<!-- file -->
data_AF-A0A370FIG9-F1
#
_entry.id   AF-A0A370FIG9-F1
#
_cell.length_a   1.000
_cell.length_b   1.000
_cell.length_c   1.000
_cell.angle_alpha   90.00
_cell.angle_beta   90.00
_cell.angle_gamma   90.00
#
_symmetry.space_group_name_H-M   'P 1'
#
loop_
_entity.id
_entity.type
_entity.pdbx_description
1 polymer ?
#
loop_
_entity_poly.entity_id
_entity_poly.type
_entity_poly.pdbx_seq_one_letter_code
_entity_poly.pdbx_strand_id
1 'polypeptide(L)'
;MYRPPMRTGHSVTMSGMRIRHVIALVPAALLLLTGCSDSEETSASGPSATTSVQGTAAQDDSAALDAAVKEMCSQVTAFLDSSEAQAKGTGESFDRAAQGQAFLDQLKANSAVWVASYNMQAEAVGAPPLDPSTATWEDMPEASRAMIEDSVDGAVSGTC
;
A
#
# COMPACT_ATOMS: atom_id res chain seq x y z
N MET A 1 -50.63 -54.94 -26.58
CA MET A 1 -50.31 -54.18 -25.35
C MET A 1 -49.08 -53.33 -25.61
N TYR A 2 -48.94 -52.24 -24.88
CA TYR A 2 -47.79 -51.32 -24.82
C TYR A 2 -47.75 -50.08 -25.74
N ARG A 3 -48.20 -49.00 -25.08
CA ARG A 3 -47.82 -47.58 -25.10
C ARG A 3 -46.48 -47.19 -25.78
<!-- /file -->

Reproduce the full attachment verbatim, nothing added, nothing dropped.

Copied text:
data_AF-A0A370FIG9-F1
#
_entry.id   AF-A0A370FIG9-F1
#
_cell.length_a   1.000
_cell.length_b   1.000
_cell.length_c   1.000
_cell.angle_alpha   90.00
_cell.angle_beta   90.00
_cell.angle_gamma   90.00
#
_symmetry.space_group_name_H-M   'P 1'
#
loop_
_entity.id
_entity.type
_entity.pdbx_description
1 polymer ?
#
loop_
_entity_poly.entity_id
_entity_poly.type
_entity_poly.pdbx_seq_one_letter_code
_entity_poly.pdbx_strand_id
1 'polypeptide(L)'
;MYRPPMRTGHSVTMSGMRIRHVIALVPAALLLLTGCSDSEETSASGPSATTSVQGTAAQDDSAALDAAVKEMCSQVTAFLDSSEAQAKGTGESFDRAAQGQAFLDQLKANSAVWVASYNMQAEAVGAPPLDPSTATWEDMPEASRAMIEDSVDGAVSGTC
;
A
#
# COMPACT_ATOMS: atom_id res chain seq x y z
N MET A 1 -50.63 -54.94 -26.58
CA MET A 1 -50.31 -54.18 -25.35
C MET A 1 -49.08 -53.33 -25.61
N TYR A 2 -48.94 -52.24 -24.88
CA TYR A 2 -47.79 -51.32 -24.82
C TYR A 2 -47.75 -50.08 -25.74
N ARG A 3 -48.20 -49.00 -25.08
CA ARG A 3 -47.82 -47.58 -25.10
C ARG A 3 -46.48 -47.19 -25.78